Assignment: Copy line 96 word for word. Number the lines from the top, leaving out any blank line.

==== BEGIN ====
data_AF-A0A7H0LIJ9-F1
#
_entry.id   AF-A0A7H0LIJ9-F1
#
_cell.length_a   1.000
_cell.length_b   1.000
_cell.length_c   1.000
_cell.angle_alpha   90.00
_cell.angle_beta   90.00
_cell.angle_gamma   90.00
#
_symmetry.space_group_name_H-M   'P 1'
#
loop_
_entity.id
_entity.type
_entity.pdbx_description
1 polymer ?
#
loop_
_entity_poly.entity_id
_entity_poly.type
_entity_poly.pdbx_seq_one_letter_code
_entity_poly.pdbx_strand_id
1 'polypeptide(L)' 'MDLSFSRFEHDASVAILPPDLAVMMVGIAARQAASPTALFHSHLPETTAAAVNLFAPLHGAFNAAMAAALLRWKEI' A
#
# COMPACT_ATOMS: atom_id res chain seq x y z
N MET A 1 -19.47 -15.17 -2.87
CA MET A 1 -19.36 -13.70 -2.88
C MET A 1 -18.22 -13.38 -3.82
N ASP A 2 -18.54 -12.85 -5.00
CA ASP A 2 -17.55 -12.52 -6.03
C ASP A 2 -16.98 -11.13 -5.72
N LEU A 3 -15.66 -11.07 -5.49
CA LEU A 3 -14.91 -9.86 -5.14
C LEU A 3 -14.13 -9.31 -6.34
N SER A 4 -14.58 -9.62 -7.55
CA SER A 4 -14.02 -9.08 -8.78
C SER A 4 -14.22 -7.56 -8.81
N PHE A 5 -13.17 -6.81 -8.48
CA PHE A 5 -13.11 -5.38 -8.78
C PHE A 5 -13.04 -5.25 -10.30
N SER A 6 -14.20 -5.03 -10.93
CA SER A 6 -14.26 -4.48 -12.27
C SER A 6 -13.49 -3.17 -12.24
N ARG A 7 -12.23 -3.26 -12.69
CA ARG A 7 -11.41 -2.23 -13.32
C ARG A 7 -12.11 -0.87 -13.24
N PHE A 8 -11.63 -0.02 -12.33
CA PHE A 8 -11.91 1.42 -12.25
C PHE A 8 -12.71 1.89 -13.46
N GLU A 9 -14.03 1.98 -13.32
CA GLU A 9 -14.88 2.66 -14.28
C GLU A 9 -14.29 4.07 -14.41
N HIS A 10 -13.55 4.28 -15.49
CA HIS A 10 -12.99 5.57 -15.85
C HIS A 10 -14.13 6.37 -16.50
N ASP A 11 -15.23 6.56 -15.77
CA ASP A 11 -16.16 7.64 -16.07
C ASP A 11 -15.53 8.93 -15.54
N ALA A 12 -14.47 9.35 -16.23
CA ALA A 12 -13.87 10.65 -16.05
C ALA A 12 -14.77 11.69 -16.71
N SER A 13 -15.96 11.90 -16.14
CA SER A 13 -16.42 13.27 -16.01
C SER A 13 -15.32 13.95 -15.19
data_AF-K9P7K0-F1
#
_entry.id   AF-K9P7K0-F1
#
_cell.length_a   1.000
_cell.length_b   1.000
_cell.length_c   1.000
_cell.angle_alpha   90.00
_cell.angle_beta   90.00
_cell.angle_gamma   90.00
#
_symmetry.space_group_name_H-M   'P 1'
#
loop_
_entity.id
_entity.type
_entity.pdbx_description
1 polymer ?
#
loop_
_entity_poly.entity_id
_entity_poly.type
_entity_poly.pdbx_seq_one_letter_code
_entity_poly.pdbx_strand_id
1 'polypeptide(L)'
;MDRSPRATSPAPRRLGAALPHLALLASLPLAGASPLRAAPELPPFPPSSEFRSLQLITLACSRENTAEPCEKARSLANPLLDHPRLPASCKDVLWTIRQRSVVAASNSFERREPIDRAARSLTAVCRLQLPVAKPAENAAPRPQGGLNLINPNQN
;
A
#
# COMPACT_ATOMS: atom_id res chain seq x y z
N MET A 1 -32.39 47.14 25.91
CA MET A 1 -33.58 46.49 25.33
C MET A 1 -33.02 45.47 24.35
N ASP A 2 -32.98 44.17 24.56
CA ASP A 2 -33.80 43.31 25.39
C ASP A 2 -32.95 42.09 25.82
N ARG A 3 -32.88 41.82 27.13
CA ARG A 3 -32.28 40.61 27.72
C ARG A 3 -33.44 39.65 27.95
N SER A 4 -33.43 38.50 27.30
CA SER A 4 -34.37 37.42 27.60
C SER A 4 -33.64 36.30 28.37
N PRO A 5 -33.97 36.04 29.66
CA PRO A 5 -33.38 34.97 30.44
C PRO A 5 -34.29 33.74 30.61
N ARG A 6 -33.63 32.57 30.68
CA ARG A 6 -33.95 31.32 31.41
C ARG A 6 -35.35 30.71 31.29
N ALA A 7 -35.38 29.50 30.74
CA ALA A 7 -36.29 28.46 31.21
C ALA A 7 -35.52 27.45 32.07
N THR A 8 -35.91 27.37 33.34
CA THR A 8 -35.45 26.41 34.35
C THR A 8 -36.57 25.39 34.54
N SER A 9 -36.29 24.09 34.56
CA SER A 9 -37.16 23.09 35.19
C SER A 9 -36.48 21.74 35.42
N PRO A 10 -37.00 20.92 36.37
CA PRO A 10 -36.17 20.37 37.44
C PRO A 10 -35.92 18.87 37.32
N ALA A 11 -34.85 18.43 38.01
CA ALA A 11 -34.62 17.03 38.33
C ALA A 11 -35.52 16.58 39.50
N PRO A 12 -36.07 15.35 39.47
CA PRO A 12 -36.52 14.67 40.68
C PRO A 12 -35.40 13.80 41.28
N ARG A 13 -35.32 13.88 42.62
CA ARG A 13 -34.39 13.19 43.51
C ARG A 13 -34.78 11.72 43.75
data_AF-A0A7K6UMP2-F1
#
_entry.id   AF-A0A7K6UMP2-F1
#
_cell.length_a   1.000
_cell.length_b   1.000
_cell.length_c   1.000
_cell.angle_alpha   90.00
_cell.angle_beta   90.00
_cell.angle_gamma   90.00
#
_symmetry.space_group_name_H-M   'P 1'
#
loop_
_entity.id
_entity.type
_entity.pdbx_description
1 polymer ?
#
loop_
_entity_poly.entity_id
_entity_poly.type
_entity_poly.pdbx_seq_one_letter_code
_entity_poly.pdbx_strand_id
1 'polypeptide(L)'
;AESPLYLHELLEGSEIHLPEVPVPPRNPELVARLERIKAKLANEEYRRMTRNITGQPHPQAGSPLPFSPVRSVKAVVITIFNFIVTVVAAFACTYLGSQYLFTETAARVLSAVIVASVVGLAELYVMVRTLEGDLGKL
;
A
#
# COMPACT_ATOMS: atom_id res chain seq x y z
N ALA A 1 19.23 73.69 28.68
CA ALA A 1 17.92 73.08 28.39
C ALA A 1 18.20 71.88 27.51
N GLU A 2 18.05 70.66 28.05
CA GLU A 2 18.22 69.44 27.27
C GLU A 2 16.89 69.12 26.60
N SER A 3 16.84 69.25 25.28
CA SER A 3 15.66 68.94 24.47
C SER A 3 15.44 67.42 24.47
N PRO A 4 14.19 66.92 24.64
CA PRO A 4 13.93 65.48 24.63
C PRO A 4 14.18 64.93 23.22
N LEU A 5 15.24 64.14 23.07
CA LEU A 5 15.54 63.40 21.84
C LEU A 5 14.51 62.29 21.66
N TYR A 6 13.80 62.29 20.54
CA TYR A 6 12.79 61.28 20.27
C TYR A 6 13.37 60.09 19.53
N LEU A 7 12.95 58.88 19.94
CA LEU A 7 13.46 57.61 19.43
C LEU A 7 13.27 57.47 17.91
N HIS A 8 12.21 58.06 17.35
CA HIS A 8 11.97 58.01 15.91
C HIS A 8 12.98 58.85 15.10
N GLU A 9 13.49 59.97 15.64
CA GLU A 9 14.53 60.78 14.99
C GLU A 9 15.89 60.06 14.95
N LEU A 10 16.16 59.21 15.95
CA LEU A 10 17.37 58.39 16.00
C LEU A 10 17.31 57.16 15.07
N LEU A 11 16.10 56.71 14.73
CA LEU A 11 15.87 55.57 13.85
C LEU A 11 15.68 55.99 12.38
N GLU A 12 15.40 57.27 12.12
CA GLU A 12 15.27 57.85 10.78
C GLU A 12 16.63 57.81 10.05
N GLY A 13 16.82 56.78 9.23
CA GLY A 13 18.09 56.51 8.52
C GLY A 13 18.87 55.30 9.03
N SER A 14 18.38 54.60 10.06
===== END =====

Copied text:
# COMPACT_ATOMS: atom_id res chain seq x y z